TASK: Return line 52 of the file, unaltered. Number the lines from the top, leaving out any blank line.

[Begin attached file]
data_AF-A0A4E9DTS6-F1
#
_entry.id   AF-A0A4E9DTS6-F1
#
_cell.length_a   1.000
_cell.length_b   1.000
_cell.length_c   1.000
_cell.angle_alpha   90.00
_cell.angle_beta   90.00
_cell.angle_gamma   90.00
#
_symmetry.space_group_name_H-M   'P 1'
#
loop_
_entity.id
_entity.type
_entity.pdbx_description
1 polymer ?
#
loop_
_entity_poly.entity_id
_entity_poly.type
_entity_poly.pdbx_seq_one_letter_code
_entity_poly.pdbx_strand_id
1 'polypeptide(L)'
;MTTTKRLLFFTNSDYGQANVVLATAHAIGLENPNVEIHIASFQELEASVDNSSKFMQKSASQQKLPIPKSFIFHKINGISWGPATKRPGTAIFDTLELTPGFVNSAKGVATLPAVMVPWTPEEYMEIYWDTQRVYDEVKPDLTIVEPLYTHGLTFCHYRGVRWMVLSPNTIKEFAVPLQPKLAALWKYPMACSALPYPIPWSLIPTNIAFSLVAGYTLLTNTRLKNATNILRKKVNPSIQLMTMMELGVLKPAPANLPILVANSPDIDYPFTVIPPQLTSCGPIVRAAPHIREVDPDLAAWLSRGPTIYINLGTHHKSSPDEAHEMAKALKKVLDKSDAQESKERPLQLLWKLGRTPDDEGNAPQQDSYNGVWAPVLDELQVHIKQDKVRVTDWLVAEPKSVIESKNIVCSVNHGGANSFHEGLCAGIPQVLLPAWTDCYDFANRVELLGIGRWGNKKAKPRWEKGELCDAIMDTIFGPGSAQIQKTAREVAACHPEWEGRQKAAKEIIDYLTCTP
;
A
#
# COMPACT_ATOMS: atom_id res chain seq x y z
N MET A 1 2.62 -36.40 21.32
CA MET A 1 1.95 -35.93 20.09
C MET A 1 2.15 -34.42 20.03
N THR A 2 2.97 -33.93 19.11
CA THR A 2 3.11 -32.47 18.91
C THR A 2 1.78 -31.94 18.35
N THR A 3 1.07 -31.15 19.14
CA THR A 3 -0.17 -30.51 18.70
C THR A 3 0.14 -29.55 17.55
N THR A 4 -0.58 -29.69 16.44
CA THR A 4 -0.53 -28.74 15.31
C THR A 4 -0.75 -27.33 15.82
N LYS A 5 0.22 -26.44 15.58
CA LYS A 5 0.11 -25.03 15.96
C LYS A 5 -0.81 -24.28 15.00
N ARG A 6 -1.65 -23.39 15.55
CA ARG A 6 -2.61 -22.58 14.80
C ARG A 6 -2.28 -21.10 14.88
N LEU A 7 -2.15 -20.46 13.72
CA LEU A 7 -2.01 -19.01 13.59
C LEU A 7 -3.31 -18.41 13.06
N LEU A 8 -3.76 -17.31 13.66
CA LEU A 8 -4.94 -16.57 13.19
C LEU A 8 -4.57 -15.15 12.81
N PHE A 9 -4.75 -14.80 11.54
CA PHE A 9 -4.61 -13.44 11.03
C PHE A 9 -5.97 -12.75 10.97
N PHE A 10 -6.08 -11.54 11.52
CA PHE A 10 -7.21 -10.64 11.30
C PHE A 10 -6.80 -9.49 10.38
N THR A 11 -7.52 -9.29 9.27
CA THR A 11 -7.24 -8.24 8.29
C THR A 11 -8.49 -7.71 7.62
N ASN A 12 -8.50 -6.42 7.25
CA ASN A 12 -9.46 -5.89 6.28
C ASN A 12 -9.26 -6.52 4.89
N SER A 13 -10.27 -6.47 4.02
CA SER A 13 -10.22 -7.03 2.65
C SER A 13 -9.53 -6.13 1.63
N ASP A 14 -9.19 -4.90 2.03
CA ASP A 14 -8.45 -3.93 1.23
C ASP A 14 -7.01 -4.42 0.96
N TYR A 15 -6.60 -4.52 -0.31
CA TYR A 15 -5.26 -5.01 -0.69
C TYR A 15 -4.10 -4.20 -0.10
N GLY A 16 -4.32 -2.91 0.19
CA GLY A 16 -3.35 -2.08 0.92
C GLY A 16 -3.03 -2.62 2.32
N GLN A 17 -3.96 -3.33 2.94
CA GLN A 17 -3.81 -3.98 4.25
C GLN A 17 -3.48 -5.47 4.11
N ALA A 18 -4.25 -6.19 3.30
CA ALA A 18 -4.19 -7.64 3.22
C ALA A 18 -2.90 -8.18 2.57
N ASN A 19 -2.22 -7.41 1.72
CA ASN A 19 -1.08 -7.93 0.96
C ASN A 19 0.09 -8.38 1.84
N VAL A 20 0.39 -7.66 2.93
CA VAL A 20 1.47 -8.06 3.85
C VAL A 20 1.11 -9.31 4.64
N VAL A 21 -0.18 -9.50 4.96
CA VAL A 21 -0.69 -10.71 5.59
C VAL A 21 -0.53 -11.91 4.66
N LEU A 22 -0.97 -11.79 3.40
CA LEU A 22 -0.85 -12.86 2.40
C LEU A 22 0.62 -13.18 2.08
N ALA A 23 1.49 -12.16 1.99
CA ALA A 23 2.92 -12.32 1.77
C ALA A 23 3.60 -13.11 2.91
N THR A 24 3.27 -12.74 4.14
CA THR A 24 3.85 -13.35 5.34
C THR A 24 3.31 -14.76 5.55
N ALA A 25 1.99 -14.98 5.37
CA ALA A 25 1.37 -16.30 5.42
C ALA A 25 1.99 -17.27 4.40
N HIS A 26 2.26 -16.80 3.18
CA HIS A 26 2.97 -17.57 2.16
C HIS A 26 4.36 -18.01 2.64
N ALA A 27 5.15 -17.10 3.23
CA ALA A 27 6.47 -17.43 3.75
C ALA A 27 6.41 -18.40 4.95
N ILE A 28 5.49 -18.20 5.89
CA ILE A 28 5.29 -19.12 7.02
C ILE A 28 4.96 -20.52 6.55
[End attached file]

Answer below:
N LEU A 8 -3.76 -17.31 13.66